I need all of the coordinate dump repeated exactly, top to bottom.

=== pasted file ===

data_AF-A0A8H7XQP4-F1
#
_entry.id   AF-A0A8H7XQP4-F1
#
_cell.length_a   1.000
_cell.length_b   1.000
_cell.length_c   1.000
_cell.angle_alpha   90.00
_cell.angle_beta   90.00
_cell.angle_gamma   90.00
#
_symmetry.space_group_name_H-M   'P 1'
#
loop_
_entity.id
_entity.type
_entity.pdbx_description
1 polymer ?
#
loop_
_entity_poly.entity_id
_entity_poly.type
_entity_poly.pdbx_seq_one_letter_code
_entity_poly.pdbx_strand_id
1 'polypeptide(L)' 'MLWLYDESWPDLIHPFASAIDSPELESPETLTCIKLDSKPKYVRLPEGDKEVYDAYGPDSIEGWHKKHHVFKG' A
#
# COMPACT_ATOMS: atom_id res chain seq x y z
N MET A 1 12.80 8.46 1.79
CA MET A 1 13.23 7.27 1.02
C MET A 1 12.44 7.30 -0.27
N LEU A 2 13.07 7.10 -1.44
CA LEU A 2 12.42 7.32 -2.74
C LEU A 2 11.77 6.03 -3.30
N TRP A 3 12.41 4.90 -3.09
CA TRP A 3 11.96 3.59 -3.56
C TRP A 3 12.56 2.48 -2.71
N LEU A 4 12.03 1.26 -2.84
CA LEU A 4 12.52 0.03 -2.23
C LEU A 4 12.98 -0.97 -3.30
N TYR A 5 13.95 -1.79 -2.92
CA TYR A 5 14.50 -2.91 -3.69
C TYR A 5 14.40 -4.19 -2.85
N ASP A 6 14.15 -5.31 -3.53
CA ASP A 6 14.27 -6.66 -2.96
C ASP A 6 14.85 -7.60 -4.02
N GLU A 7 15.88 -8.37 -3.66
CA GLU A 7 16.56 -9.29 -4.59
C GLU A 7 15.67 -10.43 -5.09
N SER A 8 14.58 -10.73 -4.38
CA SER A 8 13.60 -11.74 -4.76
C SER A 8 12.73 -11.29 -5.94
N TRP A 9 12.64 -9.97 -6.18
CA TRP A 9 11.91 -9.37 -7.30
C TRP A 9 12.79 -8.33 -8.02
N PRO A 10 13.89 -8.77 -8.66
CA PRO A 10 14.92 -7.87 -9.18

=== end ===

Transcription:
data_AF-A0A8H7XQP4-F1
#
_entry.id   AF-A0A8H7XQP4-F1
#
_cell.length_a   1.000
_cell.length_b   1.000
_cell.length_c   1.000
_cell.angle_alpha   90.00
_cell.angle_beta   90.00
_cell.angle_gamma   90.00
#
_symmetry.space_group_name_H-M   'P 1'
#
loop_
_entity.id
_entity.type
_entity.pdbx_description
1 polymer ?
#
loop_
_entity_poly.entity_id
_entity_poly.type
_entity_poly.pdbx_seq_one_letter_code
_entity_poly.pdbx_strand_id
1 'polypeptide(L)' 'MLWLYDESWPDLIHPFASAIDSPELESPETLTCIKLDSKPKYVRLPEGDKEVYDAYGPDSIEGWHKKHHVFKG' A
#
# COMPACT_ATOMS: atom_id res chain seq x y z
N MET A 1 12.80 8.46 1.79
CA MET A 1 13.23 7.27 1.02
C MET A 1 12.44 7.30 -0.27
N LEU A 2 13.07 7.10 -1.44
CA LEU A 2 12.42 7.32 -2.74
C LEU A 2 11.77 6.03 -3.30
N TRP A 3 12.41 4.90 -3.09
CA TRP A 3 11.96 3.59 -3.56
C TRP A 3 12.56 2.48 -2.71
N LEU A 4 12.03 1.26 -2.84
CA LEU A 4 12.52 0.03 -2.23
C LEU A 4 12.98 -0.97 -3.30
N TYR A 5 13.95 -1.79 -2.92
CA TYR A 5 14.50 -2.91 -3.69
C TYR A 5 14.40 -4.19 -2.85
N ASP A 6 14.15 -5.31 -3.53
CA ASP A 6 14.27 -6.66 -2.96
C ASP A 6 14.85 -7.60 -4.02
N GLU A 7 15.88 -8.37 -3.66
CA GLU A 7 16.56 -9.29 -4.59
C GLU A 7 15.67 -10.43 -5.09
N SER A 8 14.58 -10.73 -4.38
CA SER A 8 13.60 -11.74 -4.76
C SER A 8 12.73 -11.29 -5.94
N TRP A 9 12.64 -9.97 -6.18
CA TRP A 9 11.91 -9.37 -7.30
C TRP A 9 12.79 -8.33 -8.02
N PRO A 10 13.89 -8.77 -8.66
CA PRO A 10 14.92 -7.87 -9.18